Today, Mexican statesmen at home and abroad ceremoniously replicate Hidalgo's famous cry, known as El Grito De Dolores. Just as Hidalgo did two centuries ago, these statesmen ring a bell, beginning the celebrations. Chants of remembrance for the country's founders follow, and festivities are capped off with lively and repeated cries of ¡Viva México! In the U.S., it is common for Mexican ambassadors and consuls in large cities around the country to gather some of the largest communities of Mexican Americans in celebration.
Dieciséis de Septiembre should not be confused with Cinco de Mayo, a celebration which honors the Mexican army's victory over the French empire at the Battle of Puebla on May 5, 1962. However, both dates are equally popular on the fight calendar.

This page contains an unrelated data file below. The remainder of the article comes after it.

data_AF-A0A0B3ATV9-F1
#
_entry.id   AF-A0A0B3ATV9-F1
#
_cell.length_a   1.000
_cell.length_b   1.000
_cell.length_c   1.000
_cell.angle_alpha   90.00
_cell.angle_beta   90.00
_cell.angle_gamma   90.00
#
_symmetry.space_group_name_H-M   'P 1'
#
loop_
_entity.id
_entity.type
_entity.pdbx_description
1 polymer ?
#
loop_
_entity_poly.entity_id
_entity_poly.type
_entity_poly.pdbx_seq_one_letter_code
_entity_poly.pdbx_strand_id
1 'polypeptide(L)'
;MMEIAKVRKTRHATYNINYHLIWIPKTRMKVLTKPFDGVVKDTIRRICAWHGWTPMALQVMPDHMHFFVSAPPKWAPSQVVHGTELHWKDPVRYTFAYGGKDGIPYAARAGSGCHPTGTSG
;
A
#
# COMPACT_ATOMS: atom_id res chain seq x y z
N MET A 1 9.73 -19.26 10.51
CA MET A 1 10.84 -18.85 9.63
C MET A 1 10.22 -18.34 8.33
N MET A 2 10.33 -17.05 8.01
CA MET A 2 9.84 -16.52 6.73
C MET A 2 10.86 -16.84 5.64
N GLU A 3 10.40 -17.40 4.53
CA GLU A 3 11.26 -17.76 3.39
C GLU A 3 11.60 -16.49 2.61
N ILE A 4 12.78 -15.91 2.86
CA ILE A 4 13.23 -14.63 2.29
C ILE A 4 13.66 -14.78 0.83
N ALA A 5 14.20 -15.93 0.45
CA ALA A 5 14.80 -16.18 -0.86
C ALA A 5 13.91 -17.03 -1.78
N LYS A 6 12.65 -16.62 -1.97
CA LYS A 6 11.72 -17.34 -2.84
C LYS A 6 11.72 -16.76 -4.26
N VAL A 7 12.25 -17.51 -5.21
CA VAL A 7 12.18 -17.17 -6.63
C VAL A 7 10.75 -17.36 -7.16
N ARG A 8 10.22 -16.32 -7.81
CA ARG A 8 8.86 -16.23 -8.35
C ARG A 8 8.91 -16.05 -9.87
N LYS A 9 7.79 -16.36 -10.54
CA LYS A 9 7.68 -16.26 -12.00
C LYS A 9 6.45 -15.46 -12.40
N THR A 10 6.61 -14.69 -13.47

When did boxing gain a foothold on the weekend?
The first recorded instance of Mexican fighters headlining a card to coincide with Mexican Independence Day weekend dates to 1972, when Armando Ramos fought Erubey Carmona at the Memorial Coliseum in Los Angeles. However, the idea of having Las Vegas serve as home base for such events did not come to fruition until almost 20 years later.
Legendary Mexican boxer and International Boxing Hall of Famer Julio Cesar Chavez was placed center stage at Las Vegas' Mirage Hotel & Casino on Sept. 14, 1991. The idea was the brainchild of promoter Don King, who managed Chavez during the most successful portion of the boxer's career. The bout against junior welterweight Lonnie Smith was mostly a dud, with Chavez winning easily via unanimous decision. However, the interest generated from the fight, both from attendance and pay-per-view numbers, was enough that King and Chavez subsequently kept going back to that well.